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A ‘product’ approach to hiring

Nasser Oudjidane
December 19, 2022
A ‘product’ approach to hiring

In our task-orientated work lives, thinking outside the box can sometimes feel like a luxury. But in this blog, we’re sharing some bright ideas on how hiring can be more like building a product, helping you to eliminate bias and boost retention.

Applying product principles to the way you hire

Hiring is not just about the team you build – it’s about the process itself. We’ve been reading up on Dan Pupius, a former Googler who helped build Maps and Gmail, who’s well worth following on this subject.

This First Round Review piece highlights some of Dan’s insights from his time at Google, where he reportedly felt like he “snuck through their interview process – renowned for being an intensive, multi-stage affair that has since been grafted and replicated throughout tech”.

Dan later became Head of Engineering at Medium, where according to the article, he “wanted to build a recruiting system that wouldn’t have the same blind spots [as Google]”. Today, he is co-founder of Range, a communications tool, and remains an advocate for applying well-known mechanics of product development to the hiring process.

Here is a summary of Dan’s playbook according to the piece:

  • “Every interaction with a candidate must have purpose, yield data you can learn from, and fit into a bigger vision for what you want to accomplish.”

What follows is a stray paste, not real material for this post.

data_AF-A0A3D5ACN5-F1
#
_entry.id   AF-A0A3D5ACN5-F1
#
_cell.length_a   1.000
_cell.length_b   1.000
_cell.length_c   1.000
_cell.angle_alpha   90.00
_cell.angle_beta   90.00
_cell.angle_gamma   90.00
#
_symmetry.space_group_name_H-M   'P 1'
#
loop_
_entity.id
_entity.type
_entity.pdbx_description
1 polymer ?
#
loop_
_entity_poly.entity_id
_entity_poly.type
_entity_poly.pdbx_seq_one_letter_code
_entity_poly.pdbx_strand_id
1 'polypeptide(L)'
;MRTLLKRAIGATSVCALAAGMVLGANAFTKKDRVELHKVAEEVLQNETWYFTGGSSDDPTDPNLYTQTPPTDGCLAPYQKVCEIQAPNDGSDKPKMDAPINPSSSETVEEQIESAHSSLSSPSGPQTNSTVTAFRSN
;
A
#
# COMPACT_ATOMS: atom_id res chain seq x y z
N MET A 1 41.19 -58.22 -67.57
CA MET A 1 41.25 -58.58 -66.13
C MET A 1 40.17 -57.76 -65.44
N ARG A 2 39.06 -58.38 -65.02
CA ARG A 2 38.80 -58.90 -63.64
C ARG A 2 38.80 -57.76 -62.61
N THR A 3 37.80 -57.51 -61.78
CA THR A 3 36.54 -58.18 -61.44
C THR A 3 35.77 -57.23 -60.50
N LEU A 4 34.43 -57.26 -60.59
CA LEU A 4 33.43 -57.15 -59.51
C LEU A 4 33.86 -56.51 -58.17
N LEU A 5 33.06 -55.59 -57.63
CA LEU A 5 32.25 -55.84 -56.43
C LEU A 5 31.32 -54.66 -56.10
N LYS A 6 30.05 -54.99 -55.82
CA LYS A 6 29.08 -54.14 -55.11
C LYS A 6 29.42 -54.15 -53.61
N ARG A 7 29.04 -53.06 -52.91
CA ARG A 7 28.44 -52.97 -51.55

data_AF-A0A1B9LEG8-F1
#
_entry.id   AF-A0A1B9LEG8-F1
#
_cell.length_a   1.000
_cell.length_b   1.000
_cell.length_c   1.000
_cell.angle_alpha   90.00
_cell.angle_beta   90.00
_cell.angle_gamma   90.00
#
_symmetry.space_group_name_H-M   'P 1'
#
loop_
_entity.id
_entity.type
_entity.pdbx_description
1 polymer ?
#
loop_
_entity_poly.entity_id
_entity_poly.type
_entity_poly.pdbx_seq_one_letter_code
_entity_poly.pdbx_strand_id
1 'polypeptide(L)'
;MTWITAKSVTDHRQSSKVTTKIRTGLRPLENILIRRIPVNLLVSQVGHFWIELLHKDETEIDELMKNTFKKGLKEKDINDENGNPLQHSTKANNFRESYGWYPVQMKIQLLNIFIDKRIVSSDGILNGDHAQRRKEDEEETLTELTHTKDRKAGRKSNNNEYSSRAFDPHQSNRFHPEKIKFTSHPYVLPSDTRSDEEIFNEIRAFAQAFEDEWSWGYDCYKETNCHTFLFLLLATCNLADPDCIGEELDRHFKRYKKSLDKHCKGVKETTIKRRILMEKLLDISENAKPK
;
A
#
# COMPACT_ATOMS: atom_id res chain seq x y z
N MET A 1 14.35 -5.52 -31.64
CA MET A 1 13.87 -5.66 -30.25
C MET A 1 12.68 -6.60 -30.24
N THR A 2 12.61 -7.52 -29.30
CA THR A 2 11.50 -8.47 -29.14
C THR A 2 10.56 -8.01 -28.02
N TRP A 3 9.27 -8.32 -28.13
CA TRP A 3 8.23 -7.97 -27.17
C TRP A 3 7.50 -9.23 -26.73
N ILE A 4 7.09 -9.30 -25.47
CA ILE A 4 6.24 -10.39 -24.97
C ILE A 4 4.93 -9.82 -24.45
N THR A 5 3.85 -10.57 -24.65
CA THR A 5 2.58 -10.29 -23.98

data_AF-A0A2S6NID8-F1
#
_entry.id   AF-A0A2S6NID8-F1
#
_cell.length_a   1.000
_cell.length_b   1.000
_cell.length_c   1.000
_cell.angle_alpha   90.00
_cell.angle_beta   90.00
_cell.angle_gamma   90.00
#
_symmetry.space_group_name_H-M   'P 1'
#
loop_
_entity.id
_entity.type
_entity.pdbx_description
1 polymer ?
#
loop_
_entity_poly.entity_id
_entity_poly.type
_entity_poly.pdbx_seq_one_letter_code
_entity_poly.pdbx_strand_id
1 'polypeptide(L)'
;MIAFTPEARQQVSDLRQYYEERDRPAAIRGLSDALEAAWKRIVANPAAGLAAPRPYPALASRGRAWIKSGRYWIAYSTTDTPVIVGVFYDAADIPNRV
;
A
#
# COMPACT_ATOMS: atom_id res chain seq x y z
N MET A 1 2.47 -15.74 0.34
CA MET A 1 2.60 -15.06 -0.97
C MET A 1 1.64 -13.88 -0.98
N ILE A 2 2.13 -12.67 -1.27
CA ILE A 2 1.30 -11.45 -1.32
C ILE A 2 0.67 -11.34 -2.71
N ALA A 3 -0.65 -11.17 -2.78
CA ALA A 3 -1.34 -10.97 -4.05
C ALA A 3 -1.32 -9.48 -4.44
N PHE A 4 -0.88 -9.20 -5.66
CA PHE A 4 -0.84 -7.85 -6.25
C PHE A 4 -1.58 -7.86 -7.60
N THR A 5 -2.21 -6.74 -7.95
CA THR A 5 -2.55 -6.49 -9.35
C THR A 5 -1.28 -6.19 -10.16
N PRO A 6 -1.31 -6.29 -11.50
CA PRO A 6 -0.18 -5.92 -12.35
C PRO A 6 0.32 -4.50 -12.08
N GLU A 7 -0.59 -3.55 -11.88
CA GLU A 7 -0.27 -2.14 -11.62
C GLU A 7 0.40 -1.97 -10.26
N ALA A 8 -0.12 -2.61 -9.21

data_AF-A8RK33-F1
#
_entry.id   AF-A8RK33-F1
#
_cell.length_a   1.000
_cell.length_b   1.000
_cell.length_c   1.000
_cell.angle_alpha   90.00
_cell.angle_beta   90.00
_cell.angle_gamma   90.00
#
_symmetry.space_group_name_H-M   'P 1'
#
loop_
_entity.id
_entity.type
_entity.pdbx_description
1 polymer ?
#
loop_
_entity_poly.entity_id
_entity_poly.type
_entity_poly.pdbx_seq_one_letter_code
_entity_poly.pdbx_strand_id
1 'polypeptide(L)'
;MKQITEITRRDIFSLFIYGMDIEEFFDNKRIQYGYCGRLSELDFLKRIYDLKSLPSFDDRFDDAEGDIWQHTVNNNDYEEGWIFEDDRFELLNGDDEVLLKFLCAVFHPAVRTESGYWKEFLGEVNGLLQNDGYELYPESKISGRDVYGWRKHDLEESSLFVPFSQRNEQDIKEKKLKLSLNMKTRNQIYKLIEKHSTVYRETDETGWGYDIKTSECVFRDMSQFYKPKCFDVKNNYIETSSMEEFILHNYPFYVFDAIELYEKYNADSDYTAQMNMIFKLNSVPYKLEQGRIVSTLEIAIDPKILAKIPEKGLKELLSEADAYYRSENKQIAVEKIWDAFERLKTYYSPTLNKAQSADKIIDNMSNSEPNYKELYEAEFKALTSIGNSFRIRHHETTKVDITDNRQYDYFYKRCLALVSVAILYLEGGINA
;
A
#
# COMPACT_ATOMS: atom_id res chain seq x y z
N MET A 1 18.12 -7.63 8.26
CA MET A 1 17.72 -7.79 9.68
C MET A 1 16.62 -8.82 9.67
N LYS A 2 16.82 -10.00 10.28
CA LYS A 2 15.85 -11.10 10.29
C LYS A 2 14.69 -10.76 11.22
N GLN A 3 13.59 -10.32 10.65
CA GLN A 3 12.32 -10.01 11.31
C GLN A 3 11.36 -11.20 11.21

• “You want to document the system you devise somewhere central and shareable. Consider it a living document that can be changed over time as you learn more.”
  • “You need a comprehensive definition of the type of person who will succeed at your company specifically. What is unique to your company and your mission?”
  • “Agree on the data you won’t be looking at…For example, at Range, Pupius and his co-founders have specified that they won't place any weight on what schools people went to, their grades, previous companies, who they know, etc.”
  • “You want to have a sense of the team composition you’re aiming for at any given time.”

There’s lots of useful information in the piece, and it even includes a handy chart which interviewers can use to grade candidates (DNO stands for ‘did not observe’).

The importance of the EVP

As Dan has alluded to, a product approach to hiring depends on knowing who is right for your company, and how they might align with your core mission. This is where the EVP (Employee Value Proposition) can help you put flesh on that bone. The EVP is all about defining your proposition to candidates, which is about more than just a pay packet. There are lots of opportunities to flesh out why your company exists and where it’s going, including:

  • Your job ads
  • Your non-monetary benefits 
  • Your organisational culture.

In a competitive market, money alone isn’t necessarily going to sway the top candidates, so it’s worth embracing a methodical, product-style approach to implementing best practice at all candidate touchpoints.

For tips and insights on how to develop a successful EVP, read our EVP blog, and check out the Intrro toolkit for more useful resources.

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